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In a will contest, who are the interested parties?

Let’s say that your loved one passed away recently. They left a will, but something unexpected has happened: someone came forward to challenge its validity. In addition to mourning the loss of your loved one, you now have a will contest on your hands.

You feel overwhelmed by the complex legal details that you must handle. One of the most confusing pieces of the will contest has to do with the interested parties. Who exactly is an interested party, and what does this mean?

Who or what is an interested party?

An interested party, or interested person, is someone who has the right to contest a will. Probate law dictates that the only parties who can challenge a will include:

  • Children
  • Spouses
  • Relatives
  • Devisees
  • Creditors
  • Beneficiaries of a prior or subsequent will

When someone decides to contest a will, it is necessary to identify all interested parties. This task can be complicated. The process sometimes uncovers more interested persons than the party that initiated the will contest anticipated.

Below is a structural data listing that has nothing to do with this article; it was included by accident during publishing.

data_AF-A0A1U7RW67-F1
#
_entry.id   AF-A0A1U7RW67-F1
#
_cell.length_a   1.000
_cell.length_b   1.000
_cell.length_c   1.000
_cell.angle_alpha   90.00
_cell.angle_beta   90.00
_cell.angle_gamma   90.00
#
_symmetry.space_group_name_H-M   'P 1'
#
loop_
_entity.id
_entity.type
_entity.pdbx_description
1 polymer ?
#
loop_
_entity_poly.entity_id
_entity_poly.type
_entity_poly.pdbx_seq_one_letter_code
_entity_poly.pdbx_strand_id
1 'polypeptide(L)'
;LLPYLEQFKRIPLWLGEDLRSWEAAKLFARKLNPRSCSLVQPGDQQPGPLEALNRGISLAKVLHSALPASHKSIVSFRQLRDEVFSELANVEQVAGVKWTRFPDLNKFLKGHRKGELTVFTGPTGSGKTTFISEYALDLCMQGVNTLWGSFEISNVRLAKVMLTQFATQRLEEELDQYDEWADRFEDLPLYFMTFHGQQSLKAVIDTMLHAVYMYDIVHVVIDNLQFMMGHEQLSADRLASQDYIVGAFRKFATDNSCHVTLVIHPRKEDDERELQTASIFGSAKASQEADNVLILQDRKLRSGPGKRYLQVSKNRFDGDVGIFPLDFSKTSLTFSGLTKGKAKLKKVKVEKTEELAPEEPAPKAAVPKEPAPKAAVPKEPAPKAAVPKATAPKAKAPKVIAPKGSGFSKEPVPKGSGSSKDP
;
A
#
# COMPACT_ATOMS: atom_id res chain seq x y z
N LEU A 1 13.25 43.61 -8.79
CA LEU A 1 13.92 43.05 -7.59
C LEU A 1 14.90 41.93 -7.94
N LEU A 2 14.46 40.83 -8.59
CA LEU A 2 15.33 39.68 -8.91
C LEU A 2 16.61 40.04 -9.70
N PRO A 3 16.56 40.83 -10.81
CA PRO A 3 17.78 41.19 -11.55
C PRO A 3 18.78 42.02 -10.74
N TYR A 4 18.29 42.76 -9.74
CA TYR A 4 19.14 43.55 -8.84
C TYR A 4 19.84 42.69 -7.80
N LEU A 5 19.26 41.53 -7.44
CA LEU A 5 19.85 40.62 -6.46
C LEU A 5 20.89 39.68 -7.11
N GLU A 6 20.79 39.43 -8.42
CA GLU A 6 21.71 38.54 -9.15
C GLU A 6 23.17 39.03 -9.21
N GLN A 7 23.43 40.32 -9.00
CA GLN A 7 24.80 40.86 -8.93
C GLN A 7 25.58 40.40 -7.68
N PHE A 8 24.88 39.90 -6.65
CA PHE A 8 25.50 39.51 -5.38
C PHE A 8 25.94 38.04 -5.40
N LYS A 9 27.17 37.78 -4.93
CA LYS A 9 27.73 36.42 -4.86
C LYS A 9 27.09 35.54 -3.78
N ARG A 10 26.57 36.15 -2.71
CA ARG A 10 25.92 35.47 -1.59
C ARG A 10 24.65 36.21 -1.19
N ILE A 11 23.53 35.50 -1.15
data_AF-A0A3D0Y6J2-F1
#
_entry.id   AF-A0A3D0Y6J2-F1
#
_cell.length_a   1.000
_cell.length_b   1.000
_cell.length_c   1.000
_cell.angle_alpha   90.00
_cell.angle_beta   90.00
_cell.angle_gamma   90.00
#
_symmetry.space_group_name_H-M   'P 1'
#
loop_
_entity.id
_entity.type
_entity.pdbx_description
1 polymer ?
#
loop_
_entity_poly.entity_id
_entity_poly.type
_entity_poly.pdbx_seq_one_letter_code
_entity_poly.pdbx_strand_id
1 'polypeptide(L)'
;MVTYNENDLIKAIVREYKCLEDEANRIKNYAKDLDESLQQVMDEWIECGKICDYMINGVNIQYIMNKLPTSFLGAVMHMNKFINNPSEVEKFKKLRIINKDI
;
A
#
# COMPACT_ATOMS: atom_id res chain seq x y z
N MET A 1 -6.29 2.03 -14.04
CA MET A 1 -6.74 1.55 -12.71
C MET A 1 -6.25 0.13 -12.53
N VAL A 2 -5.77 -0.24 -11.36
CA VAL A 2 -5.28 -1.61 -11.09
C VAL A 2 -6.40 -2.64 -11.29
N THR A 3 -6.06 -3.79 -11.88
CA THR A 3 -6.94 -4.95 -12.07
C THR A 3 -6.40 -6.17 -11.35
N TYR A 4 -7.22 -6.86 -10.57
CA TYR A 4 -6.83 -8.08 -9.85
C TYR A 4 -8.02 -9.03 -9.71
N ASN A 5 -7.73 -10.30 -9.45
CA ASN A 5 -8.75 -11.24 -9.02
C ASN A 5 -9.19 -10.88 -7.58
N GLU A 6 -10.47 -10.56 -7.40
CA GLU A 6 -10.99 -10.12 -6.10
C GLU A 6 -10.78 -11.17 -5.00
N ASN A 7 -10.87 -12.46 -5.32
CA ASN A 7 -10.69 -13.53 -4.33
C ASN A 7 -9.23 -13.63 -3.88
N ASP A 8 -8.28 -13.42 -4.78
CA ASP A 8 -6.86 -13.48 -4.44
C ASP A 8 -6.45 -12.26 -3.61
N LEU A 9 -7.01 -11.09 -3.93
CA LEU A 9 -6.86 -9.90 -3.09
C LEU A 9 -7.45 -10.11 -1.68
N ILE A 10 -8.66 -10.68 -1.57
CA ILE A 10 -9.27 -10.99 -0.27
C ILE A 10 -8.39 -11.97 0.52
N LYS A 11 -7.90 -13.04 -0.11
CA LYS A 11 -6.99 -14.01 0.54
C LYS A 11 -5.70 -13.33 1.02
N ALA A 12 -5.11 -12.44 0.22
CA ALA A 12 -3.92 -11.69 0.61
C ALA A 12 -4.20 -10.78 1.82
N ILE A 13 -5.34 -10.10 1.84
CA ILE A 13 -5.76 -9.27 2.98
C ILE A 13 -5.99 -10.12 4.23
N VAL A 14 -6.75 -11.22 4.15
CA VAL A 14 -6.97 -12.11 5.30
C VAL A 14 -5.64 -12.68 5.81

Is it really necessary to find every interested party?

When someone decides to contest a will, they may hope to inherit the lion’s share of the estate. They may not want to identify every interested party for fear of diluting their inheritance. As the defender of the will, you may not want to identify the interested persons, either. After all, why exacerbate an already complex situation by getting more people involved?

However, California law stipulates that you and the person challenging the will must identify the standing of all parties. They have the right to be identified so that they can join the litigation if they wish. Finding the interested persons is a challenging feat, but you are legally required to do it.